But it's just not the same. I guess deep down, we all want someone to take care of us on occasion — even those of us who are usually stubbornly independent and think we can do it all ourselves. I certainly never turned down an opportunity for my mother to baby me or take care of me. And according to a Google search I just did, I'm not alone. No matter how old you are, most people still want their moms when theyre sick. And my dad really is great, but he has that stereotypical "walk it off" dad attitude about everything that ails you. (Unless he gets like a minor cold or something, but we won't talk about that.)

When my mom died, I knew there would be firsts without her — first birthdays, first Christmases, etc. But I never really prepared myself for the firsts like this, the minor every-day stuff like getting the flu. They pop up often, and I am learning to live with that. In some ways, it's even liberating. In the past, I've read interviews with Clint Eastwood and Stevie Nicks, and both said something simiar after their own mothers died, and that's always stuck with me. That's the silver lining of going through such a terrible thing, I guess. For every moment that you feel the most soul-crushing grief, you eventually find a little more freedom within yourself. But even so, there are moments when I'd give anything to have her come through with a tray of soup and crackers and ginger ale. Somehow, walking to door to pick up a bag of chicken noodle soup that some stranger dropped in the garage doesn't have quite the same effect.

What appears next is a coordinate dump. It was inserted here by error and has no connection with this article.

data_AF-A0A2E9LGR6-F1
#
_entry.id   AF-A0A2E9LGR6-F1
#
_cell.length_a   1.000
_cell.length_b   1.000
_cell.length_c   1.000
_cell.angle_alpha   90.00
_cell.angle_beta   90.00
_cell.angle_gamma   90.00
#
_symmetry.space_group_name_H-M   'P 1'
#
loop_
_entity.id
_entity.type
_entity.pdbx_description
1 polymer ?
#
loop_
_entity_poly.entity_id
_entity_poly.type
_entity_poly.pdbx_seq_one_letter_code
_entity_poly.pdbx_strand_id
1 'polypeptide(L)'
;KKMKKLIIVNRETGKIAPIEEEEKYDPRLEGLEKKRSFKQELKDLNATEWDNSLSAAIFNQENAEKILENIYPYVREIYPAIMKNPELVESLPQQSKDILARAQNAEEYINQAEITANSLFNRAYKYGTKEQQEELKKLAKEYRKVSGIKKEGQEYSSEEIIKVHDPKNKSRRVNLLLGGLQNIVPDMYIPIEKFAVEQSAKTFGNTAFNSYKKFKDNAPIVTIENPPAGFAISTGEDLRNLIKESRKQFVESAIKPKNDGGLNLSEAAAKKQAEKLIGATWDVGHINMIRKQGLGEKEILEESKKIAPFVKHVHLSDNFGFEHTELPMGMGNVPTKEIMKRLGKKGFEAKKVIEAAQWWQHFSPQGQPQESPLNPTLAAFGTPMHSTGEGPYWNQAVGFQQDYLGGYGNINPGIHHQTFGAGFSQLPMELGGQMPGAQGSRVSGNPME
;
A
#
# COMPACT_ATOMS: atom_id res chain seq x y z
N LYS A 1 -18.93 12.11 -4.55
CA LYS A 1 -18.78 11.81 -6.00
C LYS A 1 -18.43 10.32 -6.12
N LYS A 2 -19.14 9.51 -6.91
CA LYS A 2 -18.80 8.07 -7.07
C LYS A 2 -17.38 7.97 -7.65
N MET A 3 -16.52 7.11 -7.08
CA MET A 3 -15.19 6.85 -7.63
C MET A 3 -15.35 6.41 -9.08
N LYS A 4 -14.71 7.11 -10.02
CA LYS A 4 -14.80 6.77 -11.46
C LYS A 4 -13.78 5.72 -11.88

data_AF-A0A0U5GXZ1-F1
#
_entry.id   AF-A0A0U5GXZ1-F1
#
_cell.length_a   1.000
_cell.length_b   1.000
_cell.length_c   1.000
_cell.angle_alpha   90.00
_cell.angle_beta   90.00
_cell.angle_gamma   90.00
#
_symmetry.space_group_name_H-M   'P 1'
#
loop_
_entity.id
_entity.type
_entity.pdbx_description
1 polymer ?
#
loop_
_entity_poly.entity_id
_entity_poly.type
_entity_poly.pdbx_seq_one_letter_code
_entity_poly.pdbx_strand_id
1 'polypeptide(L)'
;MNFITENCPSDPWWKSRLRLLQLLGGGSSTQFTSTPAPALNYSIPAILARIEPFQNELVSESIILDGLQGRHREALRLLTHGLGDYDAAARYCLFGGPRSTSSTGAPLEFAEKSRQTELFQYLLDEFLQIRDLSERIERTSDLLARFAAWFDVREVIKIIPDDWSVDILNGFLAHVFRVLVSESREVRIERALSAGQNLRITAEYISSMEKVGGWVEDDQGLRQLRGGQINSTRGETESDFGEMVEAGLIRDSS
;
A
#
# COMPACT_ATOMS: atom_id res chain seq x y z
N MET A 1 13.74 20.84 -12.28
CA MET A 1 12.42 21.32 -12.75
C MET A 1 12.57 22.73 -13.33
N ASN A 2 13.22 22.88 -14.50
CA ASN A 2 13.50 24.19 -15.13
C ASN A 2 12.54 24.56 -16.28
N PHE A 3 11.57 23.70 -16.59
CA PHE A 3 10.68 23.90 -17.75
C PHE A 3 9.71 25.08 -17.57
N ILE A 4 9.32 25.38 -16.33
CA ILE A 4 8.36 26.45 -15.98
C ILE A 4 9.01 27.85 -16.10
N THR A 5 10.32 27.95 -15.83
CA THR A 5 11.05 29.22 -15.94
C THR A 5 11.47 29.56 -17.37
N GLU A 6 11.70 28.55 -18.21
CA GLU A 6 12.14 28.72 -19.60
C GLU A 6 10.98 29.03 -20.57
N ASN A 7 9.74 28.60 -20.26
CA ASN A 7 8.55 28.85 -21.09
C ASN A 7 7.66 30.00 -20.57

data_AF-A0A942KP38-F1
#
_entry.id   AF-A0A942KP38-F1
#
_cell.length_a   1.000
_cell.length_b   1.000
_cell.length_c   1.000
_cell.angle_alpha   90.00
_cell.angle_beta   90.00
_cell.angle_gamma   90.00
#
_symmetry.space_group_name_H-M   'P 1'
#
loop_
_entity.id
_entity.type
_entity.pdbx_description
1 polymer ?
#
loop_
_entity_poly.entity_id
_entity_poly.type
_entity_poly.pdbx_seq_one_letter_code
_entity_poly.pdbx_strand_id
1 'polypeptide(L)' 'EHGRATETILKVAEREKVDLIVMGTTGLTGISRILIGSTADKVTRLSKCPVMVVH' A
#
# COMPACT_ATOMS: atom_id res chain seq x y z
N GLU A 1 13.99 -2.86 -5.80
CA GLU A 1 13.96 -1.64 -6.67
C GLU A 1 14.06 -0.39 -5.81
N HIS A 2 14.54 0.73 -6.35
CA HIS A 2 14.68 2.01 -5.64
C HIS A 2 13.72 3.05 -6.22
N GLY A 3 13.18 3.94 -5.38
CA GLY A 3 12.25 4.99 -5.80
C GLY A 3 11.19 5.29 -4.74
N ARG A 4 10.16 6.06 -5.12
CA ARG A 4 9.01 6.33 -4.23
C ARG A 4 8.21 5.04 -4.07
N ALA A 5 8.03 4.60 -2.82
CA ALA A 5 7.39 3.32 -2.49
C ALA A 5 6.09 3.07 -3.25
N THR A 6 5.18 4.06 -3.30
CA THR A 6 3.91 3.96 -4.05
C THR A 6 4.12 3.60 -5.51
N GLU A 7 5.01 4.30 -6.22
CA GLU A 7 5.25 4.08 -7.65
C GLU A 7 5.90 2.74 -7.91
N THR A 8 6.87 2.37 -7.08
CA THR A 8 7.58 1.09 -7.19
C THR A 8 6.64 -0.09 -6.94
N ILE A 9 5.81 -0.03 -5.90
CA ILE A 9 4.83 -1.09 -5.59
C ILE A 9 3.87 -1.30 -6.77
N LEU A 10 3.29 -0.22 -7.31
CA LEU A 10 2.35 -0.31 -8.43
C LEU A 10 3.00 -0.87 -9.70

I was sort of explaining this to my friend, Chris, last night. Or probably whining about it is more like it... His response? "It's tough being an adult, ain't it?"

Yeah, I guess it is. But thankfully, God made us resilient enough to make it through.


I hadn't intended to write a whole blog post about being sick, though doing that years ago is actually what helped launch my writing career, so who knows... Hmm. Anyway, I'm bored from my sick bed and too dizzy and tired to do anything important, so this is what I've got. Soon, I want to start reviewing a pile of great books I have sitting here next to me and modernizing this website and editing old posts and adding them back, but for now, you'll have to settle for this.